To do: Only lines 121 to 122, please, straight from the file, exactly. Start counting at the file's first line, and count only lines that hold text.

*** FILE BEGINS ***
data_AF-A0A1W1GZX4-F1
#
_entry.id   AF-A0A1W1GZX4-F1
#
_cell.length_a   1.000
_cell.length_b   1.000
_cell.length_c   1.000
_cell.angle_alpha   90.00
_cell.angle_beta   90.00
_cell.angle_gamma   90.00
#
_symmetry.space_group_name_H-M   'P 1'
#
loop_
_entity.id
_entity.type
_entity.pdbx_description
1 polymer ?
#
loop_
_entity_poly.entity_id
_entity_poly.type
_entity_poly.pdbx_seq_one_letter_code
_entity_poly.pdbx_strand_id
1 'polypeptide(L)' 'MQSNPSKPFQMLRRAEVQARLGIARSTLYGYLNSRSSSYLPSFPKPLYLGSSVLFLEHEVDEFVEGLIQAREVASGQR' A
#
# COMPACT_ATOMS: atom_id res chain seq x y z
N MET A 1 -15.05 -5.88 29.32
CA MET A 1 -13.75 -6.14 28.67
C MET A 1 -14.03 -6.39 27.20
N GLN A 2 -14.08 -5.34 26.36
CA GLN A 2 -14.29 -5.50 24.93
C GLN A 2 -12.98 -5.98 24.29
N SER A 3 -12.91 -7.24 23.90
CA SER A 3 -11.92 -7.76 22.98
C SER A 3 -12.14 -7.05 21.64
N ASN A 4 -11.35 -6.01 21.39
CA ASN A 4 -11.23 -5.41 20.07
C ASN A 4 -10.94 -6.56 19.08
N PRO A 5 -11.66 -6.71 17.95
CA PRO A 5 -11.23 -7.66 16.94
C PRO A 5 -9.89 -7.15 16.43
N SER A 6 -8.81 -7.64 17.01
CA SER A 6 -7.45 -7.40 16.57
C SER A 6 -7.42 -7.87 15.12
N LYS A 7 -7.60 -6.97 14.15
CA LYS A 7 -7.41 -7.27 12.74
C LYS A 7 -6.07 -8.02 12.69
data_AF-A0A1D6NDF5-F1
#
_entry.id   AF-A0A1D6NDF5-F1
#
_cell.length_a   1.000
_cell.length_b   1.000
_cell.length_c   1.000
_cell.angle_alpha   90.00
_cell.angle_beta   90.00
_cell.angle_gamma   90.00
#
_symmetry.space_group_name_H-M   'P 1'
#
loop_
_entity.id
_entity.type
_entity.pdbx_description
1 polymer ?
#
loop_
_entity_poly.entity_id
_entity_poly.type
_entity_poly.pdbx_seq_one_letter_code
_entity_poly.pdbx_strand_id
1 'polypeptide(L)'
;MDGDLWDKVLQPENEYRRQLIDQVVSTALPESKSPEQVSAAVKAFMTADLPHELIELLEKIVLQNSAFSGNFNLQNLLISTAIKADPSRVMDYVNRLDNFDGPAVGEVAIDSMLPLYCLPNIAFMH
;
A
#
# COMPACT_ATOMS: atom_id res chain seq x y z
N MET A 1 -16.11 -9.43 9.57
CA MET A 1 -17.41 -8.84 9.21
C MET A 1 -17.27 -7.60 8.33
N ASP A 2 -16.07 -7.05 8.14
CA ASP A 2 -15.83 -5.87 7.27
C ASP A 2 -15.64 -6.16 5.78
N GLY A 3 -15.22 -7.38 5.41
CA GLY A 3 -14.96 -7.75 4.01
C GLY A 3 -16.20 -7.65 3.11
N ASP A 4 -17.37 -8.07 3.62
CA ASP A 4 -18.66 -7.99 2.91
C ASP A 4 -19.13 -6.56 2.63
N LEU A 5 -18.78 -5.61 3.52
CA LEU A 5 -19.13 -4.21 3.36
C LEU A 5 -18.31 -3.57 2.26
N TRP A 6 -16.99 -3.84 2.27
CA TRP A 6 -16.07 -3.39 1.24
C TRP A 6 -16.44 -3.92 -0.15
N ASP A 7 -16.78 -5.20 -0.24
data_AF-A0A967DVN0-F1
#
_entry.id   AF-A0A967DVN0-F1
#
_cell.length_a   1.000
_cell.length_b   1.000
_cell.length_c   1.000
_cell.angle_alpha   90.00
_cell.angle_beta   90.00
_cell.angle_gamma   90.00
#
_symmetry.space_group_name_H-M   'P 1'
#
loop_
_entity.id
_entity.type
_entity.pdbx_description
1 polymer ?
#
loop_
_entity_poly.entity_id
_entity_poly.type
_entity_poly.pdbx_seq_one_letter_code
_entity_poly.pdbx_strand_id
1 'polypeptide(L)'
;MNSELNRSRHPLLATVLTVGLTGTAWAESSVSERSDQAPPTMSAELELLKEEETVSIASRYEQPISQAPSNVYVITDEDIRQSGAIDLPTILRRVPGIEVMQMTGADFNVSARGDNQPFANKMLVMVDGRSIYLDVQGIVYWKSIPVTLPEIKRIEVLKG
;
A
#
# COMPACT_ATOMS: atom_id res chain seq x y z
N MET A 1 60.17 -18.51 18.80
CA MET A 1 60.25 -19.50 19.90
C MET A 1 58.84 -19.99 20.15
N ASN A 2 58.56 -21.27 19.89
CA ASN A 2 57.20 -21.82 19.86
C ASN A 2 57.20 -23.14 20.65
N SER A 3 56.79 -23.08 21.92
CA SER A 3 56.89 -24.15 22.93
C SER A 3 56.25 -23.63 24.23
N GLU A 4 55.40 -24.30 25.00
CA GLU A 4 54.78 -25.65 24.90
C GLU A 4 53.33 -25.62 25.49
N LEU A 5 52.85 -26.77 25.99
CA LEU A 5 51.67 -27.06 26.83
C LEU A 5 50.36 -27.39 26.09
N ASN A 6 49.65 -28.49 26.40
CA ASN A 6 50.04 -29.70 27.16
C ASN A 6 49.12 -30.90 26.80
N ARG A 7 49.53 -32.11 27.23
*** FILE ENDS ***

_entity_poly.pdbx_strand_id
1 'polypeptide(L)'